Writers and publishers love awards. Winning one provides tangible proof that all the naysayers during the writing process, the tepid reviews, the sales numbers, must all be wrong. Losing to your peers provides an opportunity to show grace in public and, while muttering on the car/plane/train ride back home, stokes your ambitions for the next project.
Almost all the genres that bookstores can come up with have awards; sometimes too many. Edgars for mysteries, Hugos for science iction, even a Truman Capote Award -- which is not for gay fiction as one would expect but literary criticism (do booksellers still stock such titles?). LGBT writers have the Lambda Literary Award, which began small 25 years ago with such categories as AIDS, Gay Men's Small Press Book Award, and Lesbian Mystery/Science Fiction. The community needed an award to celebrate its authors, who were often the only voice for the closeted, the isolated, and the persecuted.
As the years passed, the awards grew and categories were added and changed, arguably with the times. There is no longer an award for AIDS literature -- do we choose to forget? And now Transgender Fiction and Nonfiction, among others, are considered. The awards celebration sponsored by the Lambda Literary Foundation has become longer and more elaborate. Probably more costly, though I remember some years there was an open bar and some plastic cups for vino.
As opposed to the vast majority of literary awards, the Lammys are judged in secret -- well, they tell you the judges' names in the program booklet but not who judged which category. Why the velvet curtains? Is it to protect the foundation from scrutiny? Concealing the identities of judges prior to the ceremony and even then not revealing their specific responsibilities is the opposite of transparency.
Supposedly an author who has a book nominated cannot serve as a judge the same year, but that rule has been broken. Last year, Richard Labonte, the fellow managing and overseeing the judging, an esteemed editor who had won several times previously, actually had two books as finalists. Did the board or the overseer himself sense any conflict of interest? If so, nothing was done. Two slots on the Lammy shortlist were kept from writers whose careers would have benefited from the cachet of being a finalist, in a manner that reflects poorly on the foundation.
The awards category's three-card monte has been and remains discriminatory. Mystery, poetry, romance, and erotica benefit from a split between gay and lesbian awards, but not fantasy/horror/science-fiction or Best Anthology, in which gay and lesbian authors must compete against each other. As a publisher of F/H/SF and anthologies, I am very aware that there are sufficient titles published each year on either side of the gender divide to support pairs of awards in these categories. Why no recognition by the Lammys of the expanding field of graphic novel, or photography books (or do they worry about costs of shipping trophies to Bruno Gmunder in Germany?).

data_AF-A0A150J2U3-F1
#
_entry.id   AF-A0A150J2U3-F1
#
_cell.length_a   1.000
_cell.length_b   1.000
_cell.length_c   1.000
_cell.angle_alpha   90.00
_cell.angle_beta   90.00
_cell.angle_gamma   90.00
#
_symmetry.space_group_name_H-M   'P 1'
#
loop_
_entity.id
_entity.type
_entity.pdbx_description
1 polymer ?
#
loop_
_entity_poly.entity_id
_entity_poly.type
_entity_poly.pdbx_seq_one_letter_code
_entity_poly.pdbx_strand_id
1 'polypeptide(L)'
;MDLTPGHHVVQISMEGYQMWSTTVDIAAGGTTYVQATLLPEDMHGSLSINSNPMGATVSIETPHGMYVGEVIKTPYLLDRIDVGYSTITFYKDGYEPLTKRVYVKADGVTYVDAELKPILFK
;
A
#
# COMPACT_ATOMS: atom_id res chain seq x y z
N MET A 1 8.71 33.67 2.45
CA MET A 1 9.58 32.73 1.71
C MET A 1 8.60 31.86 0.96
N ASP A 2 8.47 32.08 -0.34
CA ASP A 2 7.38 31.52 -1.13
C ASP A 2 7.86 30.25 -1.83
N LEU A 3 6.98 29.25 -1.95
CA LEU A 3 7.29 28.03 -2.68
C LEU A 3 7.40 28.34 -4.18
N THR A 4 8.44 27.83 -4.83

Three of my friends broke their silence regarding their experiences as Lammy judges last year. Each told me disturbing accounts. No overall rules for the judges in every category to follow. Not every judge had to read every nominated book -- or even all five finalists. So publishers wasted time and money sending in books that ended up being ignored. Judges treated each other with petulance and no one from the foundation enforced any common sense or responsibility. Now, maybe not every category had such problems, but what I heard coupled with the complete lack of transparency from the foundation has left me with the impression that the Lammys are a shambles. Their original focus, to highlight good queer literature, has been lost to the art of fund-raising. The cost of submitting titles goes up and up. The awards event now puts more emphasis on special guests and late-night parties than on the literature and authors it's advertised as celebrating.
There is a new coordinator of the Lammys; the board of the foundation must have heard the many authors and publishers (myself included) who complained this spring and summer. I hope Kathleen DeBold can restore some sense of integrity to the awards. As of now, however, the secrecy of the judging, the poor category choices, and focus away from books to nonbook celebrity MCs and presenters and guests make one wonder. At the 2011 event, Edward Albee, a great and good literary figure, who has never made any secret of his wish not to be consigned to the "gay lit" ghetto, received a special Lammy he did not need and (going by his lengthy acceptance speech) did not appreciate. Could the celebration of queer literature not have been better served by stronger acknowledgment of less well known writers whose careers (and egos) could really use the boost? Who would not bite the hand offering them canapes?
I fear the Lammys have become all pomp and lip-synching, like a bad drag show under poor lighting. The time has come to brighten the lights, raise all the curtains, and let the entire stage and showcase be seen and enjoyed as the celebration it was always intended to be.
STEVE BERMAN is a writer, an editor, and the owner of Lethe Press.
UPDATE: The Lambda Literary Foundation will post a rebuttal Monday on Advocate.com.